Mazda CX-7 Review
If any mainstream brand can build an SUV that handles like a sports car, it’s Mazda. The Japanese automaker has a proven track record of developing vehicles with superior agility and dynamic appeal. Little wonder that ads for Mazda’s new CX-7 imply that it drives like a sports car, and that most junket-based reviews of the new “crossover” verify the claim. Well, I’ve driven the CX-7 and I’ve driven sports cars and the CX-7 is no sports car.
Looking at Mazda’s new crossover, you’d be forgiven for thinking otherwise. The CX-7 combines the MazdaSpeed6’s big-grilled nose, the RX-8’s protruding fenders, a laid-back windshield and a complete absence of straight lines. While the sporty-looking result distances the CX-7 from the mainstream of SUV design, the relentless surface effects deployed to disguise the machine’s fundamental portliness don’t meld into a coherent whole. More to the point, aerodynamics do not driving dynamics make.
The CX-7’s cabin comes closer to realizing the intended car-like gestalt. While a liberal application of hard, ungrained plastic risks placing passengers in econobox Hell, artful styling and metal-effect trim yield an intriguingly ultra-modern atmosphere (at least in the black interior). The Grand Touring model even adds a nifty strip of faux alligator hide down the center of each seat. The CX-7’s instrument cowl signals the machine’s sporting intent, while the heavily stylized dash does an admirable job of hiding the raked windscreen’s acres o’ dash effect.
Thanks to its relatively low driving position and prominent center console, the CX-7’s cockpit feels more athletically honed than the more open cabins of competing crossovers. (Some will simply find it tight.) But the CX-7’s front seats provide a clue that the model’s pistonhead proclivities may be less than advertised; the comfortable chairs don’t provide much lateral support. In back, there's about as much legroom as you'll find in the average midsize sedan, but shoulder room is a bit tight for three across. Buyers drawn to SUVs in search of elbow room won’t be happy. The CX-7’s 58-cube cargo bay is about 20 shy of the class average, but still sufficient for lifestyle schlepping or a weekend away.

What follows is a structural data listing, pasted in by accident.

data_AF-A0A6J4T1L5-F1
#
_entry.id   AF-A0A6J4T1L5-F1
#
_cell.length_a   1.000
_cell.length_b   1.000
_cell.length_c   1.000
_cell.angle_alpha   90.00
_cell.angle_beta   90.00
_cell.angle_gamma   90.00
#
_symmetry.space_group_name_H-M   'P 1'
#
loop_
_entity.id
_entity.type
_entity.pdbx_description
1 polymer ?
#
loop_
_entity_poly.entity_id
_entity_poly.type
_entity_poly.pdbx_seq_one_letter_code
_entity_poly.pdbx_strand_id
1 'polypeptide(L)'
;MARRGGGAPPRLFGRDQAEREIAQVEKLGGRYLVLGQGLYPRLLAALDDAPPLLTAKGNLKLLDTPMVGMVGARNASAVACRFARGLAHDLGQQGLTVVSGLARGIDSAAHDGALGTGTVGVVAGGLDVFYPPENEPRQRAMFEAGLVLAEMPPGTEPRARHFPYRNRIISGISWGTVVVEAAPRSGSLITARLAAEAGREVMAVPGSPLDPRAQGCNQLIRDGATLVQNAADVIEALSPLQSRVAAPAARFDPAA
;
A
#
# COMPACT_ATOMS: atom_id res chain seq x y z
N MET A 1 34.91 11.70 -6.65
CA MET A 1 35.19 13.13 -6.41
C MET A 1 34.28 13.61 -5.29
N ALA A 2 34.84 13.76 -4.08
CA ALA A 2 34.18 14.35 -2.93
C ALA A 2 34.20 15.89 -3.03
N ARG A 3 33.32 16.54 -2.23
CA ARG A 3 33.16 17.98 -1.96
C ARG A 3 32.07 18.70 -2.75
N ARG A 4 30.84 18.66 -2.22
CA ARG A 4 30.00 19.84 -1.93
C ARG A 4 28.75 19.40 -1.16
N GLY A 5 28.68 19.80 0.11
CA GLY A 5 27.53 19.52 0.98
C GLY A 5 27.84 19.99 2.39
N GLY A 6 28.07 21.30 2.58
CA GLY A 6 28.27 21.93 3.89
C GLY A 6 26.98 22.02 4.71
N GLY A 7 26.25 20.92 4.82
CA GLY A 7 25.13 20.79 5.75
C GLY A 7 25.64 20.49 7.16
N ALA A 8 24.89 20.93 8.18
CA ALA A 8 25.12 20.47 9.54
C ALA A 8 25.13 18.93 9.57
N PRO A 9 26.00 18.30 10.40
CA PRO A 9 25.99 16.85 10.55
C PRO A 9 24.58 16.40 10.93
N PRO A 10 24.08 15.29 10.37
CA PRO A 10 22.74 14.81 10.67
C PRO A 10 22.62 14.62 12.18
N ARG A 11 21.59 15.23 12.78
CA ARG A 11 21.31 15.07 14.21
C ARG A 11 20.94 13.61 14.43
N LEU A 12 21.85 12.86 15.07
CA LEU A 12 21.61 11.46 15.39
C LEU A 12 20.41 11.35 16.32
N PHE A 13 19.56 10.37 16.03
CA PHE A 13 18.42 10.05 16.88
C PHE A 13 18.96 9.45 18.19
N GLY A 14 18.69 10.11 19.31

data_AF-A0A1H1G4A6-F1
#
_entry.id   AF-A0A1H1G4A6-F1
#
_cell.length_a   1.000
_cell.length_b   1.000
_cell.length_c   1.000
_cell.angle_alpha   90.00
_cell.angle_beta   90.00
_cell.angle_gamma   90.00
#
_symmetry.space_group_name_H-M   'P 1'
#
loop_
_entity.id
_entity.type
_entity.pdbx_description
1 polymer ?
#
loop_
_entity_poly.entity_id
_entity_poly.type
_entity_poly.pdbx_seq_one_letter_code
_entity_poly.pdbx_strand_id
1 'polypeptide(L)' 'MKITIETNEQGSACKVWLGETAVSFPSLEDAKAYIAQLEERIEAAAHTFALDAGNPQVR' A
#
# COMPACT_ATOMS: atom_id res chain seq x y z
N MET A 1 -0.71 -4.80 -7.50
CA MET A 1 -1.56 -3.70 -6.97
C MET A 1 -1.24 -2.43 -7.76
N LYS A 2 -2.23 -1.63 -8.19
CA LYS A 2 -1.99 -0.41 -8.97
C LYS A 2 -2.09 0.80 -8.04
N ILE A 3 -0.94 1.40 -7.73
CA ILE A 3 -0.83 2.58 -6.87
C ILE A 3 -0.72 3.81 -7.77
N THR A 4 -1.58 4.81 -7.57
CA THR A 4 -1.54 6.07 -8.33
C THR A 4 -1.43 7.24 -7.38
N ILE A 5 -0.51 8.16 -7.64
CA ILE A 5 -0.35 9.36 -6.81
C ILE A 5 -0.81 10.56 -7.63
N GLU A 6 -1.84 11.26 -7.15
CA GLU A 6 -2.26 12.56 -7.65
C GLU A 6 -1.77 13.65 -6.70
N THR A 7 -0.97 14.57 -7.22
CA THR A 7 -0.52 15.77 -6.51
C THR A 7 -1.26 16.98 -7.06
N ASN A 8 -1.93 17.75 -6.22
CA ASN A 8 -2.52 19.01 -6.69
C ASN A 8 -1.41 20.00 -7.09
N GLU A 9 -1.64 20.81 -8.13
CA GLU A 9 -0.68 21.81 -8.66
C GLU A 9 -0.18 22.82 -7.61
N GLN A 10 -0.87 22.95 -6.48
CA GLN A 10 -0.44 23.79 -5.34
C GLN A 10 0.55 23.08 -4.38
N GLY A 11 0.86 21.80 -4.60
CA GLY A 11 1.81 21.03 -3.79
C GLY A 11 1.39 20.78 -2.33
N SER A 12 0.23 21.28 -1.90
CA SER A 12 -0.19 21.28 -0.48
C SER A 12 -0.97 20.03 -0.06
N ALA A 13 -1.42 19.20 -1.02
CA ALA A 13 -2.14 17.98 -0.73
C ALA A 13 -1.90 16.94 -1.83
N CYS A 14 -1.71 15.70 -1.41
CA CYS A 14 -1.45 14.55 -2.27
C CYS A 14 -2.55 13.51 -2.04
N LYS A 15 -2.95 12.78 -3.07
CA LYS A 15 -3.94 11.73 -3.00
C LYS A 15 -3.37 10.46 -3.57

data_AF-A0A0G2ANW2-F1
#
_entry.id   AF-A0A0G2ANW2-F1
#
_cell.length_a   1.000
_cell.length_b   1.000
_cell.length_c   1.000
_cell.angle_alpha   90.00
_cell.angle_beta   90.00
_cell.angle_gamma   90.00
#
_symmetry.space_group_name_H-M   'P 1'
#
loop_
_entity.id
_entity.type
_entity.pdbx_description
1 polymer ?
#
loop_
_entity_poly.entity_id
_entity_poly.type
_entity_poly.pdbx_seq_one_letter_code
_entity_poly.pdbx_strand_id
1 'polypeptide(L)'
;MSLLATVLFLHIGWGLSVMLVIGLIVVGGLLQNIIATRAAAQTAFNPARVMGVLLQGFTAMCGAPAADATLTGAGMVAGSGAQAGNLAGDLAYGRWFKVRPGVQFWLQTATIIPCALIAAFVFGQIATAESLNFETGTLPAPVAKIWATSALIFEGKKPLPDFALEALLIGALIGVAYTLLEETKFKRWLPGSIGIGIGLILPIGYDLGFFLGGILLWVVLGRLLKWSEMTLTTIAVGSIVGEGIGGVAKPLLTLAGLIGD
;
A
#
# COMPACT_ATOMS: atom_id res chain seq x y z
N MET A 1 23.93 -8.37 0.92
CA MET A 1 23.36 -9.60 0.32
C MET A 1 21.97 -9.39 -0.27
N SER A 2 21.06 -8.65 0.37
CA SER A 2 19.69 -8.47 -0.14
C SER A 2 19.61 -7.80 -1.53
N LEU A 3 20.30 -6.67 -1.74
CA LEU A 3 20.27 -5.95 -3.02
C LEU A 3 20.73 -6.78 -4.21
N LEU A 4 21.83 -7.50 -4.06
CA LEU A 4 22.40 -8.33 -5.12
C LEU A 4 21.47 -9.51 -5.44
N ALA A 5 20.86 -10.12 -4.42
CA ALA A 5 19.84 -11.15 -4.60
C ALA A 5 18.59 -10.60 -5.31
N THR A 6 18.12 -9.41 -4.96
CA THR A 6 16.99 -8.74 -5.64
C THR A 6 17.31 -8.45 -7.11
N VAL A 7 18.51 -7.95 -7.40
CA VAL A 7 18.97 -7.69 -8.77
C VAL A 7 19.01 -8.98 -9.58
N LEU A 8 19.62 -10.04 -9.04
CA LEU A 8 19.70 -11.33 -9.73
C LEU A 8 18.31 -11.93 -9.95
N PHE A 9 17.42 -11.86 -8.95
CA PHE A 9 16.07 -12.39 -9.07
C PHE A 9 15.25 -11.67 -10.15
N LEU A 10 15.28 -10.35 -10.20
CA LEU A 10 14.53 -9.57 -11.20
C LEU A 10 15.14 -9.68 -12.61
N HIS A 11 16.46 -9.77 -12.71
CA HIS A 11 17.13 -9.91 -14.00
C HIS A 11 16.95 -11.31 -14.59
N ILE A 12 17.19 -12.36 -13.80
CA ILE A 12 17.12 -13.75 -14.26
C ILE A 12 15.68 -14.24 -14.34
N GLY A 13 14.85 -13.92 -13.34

The CX-7’s direct-injected, turbocharged DOHC four (borrowed from the MazdaSpeed6) stumps up 244 horses. While the output is generally sufficient for everyday progress, the powerplant fails to kick those fillies out of the stable with any alacrity. A firm press on the CX-7’s go pedal from a dead stop yields… nothing much. (Think boost lag combined with old school DOHC behavior; the 3,000 rpm torque peak is high for a turbo.) Buzz the four over 3500 rpm, where your ears definitely won’t mistake it for a six, and the CX-7 finally starts to get a move on. But even then the crossover’s two-ton curb weight and power-sapping, slow-reacting six-speed slushbox deny enthusiastic drivers sufficient thrust to justify opting into the new genre. The manual shift mode takes off some of the wait, but not enough.
In casual driving, the CX-7’s handling lives up to its billing. In gentle turns, body lean is well controlled. The steering is quick with a hint of tactile feedback. Unfortunately, tall 60-series sidewalls muffle communication from the contact patches and slow transitional responses, hobbling this sports car wannabe’s dynamic feedback. Shod the beast in lower profile tires and it might actually feel agile.
Press on and the whole fast driving thing falls apart. The crossover’s nose drifts wide, its steering feel goes AWOL and the chassis’ limited composure becomes apparent. The best vehicles seem to shrink and shed pounds when driven hard. The harder you push the CX-7, the heavier and clumsier it feels. But you won’t want to push it very hard, anyway, as the Goodyear Eagle RS-A’s on the outside front corner howl in protest at the slightest provocation. Ignore the complaining and you’ll find that there’s still plenty of grip available. But the noise! The noise! The noise! You’ll suffer less squealing at a children’s book reading.